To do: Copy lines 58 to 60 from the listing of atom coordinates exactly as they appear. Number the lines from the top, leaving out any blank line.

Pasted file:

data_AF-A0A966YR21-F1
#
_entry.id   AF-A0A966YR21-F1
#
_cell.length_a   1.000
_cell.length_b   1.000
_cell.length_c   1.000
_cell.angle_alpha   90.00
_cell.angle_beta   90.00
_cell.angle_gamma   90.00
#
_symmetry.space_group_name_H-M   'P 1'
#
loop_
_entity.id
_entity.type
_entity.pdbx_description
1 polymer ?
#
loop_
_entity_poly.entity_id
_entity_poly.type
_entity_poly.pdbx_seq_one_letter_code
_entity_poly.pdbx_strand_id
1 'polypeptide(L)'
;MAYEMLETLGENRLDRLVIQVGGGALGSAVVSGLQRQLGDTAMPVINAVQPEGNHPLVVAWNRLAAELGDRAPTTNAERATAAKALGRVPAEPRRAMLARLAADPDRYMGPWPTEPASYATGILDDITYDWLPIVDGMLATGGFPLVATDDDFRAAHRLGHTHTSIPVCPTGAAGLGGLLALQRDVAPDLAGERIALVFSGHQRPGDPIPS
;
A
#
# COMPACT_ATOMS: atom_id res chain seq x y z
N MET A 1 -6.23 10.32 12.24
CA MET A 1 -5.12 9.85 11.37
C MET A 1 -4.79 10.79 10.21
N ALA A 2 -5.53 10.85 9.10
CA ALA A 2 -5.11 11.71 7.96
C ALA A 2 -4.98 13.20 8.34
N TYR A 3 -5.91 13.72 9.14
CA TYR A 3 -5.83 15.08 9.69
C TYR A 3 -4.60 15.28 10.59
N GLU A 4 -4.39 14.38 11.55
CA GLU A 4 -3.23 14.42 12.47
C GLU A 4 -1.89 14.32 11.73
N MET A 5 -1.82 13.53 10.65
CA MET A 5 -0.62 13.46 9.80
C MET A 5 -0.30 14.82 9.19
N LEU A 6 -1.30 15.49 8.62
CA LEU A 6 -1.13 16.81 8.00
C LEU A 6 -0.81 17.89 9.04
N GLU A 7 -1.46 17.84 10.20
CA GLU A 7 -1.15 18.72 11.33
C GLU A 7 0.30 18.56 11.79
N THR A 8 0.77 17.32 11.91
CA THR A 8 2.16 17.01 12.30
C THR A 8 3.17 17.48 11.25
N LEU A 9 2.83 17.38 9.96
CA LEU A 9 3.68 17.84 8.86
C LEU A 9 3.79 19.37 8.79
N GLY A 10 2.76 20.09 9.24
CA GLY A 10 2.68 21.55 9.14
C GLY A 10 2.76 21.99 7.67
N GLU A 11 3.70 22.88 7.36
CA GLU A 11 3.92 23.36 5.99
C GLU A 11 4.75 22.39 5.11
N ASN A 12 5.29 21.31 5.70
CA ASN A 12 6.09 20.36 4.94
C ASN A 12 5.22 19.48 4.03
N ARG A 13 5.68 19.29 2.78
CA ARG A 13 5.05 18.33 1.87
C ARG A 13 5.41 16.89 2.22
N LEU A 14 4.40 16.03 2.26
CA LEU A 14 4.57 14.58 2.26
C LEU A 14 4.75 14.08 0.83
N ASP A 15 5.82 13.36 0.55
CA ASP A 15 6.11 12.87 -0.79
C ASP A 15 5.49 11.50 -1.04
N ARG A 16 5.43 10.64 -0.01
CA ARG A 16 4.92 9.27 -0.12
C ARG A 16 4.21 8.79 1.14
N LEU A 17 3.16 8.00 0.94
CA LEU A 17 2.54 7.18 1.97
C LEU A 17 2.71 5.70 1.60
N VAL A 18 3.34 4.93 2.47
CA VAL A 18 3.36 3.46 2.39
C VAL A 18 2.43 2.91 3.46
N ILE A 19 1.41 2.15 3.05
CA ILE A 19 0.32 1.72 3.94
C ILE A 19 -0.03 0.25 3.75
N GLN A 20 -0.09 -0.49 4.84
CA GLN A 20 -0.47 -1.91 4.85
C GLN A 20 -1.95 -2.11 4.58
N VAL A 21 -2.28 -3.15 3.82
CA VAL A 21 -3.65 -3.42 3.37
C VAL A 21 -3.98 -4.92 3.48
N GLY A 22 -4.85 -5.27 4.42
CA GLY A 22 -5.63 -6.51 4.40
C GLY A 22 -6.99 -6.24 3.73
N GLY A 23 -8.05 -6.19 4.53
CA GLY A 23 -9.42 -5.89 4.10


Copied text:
N GLY A 10 2.76 20.09 9.24
CA GLY A 10 2.68 21.55 9.14
C GLY A 10 2.76 21.99 7.67